blind is a collection of command line video editing utilities.
blind uses a raw video format with a simple container. A file begins with an
plain-text line, containing the number of frames, the width, the height, and
the pixel format, all separated by a single regular blank space, without and
leading or tailing white space. After this line, which ends with an LF, there
is a NUL-byte followed by the 4 characters “uivf” (unportable, interim
video format). This head is followed by the video frame-by-frame with row-major
frames. Pixels are independently encoded, and are encoded unscaled CIE XYZ with
non-premultiplied alpha and without any transfer-function, with values stored
doubles or optionally in native
floats. These two configurations
are the only options, but the container format is designed so this can be
changed arbitrarily in the future.
Creating videos without graphics, are you insane?
Yes, but see the rationale below!
Doesn't raw video takes up a lot of space?
Yes it does, a 4-channel pixel encoded with
double takes 32 bytes. A
1280-by-720 frame with this pixel format takes 29.4912 MB (SI), which means you
can only fit almost 3391 frames in 100 GB, which is about 113 seconds or 1:53
minutes with a framerate of 30 fps. Therefore, you probably do not want to
store anything in this format unless you know you have room for it, or if it is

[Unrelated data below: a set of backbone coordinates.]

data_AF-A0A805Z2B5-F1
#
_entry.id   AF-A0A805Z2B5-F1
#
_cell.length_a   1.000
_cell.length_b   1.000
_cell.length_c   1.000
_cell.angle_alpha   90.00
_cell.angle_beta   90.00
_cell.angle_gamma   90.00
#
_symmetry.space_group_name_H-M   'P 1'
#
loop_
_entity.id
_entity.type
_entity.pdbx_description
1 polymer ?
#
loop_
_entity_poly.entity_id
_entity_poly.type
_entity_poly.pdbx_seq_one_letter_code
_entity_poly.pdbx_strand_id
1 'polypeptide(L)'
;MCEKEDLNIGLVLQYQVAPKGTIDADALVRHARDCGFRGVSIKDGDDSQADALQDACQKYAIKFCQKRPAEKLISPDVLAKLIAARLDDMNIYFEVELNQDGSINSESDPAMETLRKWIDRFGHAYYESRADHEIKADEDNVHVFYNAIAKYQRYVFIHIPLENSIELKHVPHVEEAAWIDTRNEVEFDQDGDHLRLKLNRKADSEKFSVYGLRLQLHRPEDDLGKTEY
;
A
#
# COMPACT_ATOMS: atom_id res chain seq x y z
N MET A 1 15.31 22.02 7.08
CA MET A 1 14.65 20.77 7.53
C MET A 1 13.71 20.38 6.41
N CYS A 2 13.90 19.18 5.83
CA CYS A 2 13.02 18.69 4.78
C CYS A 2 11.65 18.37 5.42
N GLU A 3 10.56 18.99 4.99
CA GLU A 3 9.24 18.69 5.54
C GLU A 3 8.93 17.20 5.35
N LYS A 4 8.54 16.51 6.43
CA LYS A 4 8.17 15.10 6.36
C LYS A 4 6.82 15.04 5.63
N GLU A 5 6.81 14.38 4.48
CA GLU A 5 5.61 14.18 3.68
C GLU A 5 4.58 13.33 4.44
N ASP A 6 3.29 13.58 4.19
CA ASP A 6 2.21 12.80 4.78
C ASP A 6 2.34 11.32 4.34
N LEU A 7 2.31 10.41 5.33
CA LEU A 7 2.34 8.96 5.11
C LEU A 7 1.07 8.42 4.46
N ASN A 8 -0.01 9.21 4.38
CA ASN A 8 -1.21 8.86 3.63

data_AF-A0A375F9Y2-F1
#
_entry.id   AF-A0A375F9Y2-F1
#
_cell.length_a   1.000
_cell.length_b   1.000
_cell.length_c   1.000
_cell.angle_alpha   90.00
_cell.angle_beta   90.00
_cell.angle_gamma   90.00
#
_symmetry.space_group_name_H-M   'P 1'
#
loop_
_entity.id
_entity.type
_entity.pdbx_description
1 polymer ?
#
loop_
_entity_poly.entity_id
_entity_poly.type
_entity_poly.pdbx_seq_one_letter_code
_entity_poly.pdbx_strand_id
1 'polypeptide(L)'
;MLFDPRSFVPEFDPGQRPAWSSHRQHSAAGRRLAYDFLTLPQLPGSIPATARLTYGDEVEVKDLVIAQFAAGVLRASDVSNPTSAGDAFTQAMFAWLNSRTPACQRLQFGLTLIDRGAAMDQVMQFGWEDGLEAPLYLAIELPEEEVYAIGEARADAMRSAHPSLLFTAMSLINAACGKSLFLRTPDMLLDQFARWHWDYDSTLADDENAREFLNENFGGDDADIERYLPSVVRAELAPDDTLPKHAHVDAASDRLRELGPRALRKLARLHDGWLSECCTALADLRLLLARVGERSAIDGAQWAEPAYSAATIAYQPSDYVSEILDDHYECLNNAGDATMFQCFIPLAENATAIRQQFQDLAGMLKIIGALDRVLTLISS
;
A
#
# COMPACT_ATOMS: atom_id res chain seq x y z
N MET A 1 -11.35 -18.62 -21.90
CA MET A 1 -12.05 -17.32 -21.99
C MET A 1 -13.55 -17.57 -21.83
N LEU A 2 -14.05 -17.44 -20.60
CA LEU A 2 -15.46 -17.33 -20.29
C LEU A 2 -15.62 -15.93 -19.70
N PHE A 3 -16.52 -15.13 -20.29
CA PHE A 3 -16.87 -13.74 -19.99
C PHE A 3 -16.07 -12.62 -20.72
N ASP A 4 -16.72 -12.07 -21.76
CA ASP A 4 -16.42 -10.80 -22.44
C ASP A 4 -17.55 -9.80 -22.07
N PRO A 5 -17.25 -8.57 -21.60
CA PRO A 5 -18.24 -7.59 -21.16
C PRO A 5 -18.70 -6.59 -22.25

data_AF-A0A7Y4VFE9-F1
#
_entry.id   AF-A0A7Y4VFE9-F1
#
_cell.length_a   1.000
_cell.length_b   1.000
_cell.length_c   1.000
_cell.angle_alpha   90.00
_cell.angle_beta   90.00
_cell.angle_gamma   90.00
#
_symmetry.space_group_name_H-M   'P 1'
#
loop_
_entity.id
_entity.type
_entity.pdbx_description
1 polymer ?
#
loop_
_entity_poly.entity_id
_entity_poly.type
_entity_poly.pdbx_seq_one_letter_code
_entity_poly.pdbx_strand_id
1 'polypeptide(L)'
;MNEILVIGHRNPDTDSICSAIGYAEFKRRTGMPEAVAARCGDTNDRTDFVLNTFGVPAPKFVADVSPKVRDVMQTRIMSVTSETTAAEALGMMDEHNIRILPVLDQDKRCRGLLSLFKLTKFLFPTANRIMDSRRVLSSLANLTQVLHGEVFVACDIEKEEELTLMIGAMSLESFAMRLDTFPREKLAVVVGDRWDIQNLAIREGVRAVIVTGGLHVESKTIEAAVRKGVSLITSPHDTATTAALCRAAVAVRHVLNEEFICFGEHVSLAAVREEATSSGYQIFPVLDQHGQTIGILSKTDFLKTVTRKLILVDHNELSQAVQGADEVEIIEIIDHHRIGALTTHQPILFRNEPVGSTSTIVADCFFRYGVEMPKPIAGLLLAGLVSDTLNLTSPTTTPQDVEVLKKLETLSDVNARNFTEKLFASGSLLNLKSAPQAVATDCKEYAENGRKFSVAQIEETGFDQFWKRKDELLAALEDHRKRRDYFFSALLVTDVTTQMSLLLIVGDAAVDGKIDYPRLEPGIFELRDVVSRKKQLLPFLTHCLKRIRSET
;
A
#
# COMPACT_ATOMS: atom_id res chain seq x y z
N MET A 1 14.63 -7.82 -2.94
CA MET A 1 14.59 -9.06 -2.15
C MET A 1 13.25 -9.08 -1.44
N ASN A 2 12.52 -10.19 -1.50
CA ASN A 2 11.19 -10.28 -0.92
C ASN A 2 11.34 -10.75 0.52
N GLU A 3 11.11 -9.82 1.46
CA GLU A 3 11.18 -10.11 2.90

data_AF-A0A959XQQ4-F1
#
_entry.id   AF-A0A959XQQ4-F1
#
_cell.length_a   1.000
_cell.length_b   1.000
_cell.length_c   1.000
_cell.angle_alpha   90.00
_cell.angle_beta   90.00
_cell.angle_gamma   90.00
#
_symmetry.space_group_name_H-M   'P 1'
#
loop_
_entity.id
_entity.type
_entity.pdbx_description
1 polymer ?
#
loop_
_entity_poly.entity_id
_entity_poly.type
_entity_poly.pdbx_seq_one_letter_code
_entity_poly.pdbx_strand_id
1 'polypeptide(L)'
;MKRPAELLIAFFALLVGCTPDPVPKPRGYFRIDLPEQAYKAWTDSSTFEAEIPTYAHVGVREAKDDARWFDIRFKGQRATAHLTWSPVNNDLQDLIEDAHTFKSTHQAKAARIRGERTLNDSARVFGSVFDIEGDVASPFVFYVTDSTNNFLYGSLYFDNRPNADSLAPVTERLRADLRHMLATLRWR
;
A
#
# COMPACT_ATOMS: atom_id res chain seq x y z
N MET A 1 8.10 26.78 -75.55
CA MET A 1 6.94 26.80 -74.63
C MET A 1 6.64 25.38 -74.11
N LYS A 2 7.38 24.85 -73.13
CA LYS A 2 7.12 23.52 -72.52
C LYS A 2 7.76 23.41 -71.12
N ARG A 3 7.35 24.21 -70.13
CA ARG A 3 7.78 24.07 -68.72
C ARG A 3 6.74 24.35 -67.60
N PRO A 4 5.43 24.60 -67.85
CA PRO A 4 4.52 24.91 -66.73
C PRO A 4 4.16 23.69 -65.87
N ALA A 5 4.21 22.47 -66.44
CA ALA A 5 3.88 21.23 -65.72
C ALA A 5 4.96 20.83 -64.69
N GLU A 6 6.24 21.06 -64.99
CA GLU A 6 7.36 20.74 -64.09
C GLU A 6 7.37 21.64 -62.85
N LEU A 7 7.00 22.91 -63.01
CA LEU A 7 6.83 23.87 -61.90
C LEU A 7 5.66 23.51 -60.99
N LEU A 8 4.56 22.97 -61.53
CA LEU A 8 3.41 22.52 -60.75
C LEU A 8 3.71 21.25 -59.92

very small segment of your video, which unfortunately becomes a bit of a problem
when reversing a video. However, when possible, feed the resulting video
blind-to-video to convert it into a compressed, lossless video
format, if the video is not too large, you can choose to compress it with bzip2
For what kind of video editing is blind designed?
It is designed for composing new videos. It is not designed for making small changes as this can probably be done faster with a graphical video editor or with ffmpeg which would also be much faster.
Does it support farbfeld?
Of course. If you want to use farbfeld, you can use the
-f flag for
blind-from-image, this will cause the programs to
convert directly to or from farbfeld without using
Why doesn't blind uses encode pixels like farbfeld?
blind and farbfeld solve completely different problems. farbfeld solves to problem of storing pictures in a simply way that can easily be viewed and edited. blind does not try to solve the problem of storing videos, video takes a lot of space and need compression designed especially for video or three-dimensional raster images. Compressed video cannot be efficiently edited because compression takes too long. Instead blind solves the problem of efficiently processing video: thousands of pictures. Because blind doesn't try to create a format for storing images, therefore it's format doesn't need to be portable. Furthermore, due to legacy in television (namely, that of black-and-white television), video formats do not store values in sRGB, but rather in Y'UV, so there is next to no benefit to storing colours in sRGB.
Why doesn't blind use sRGB?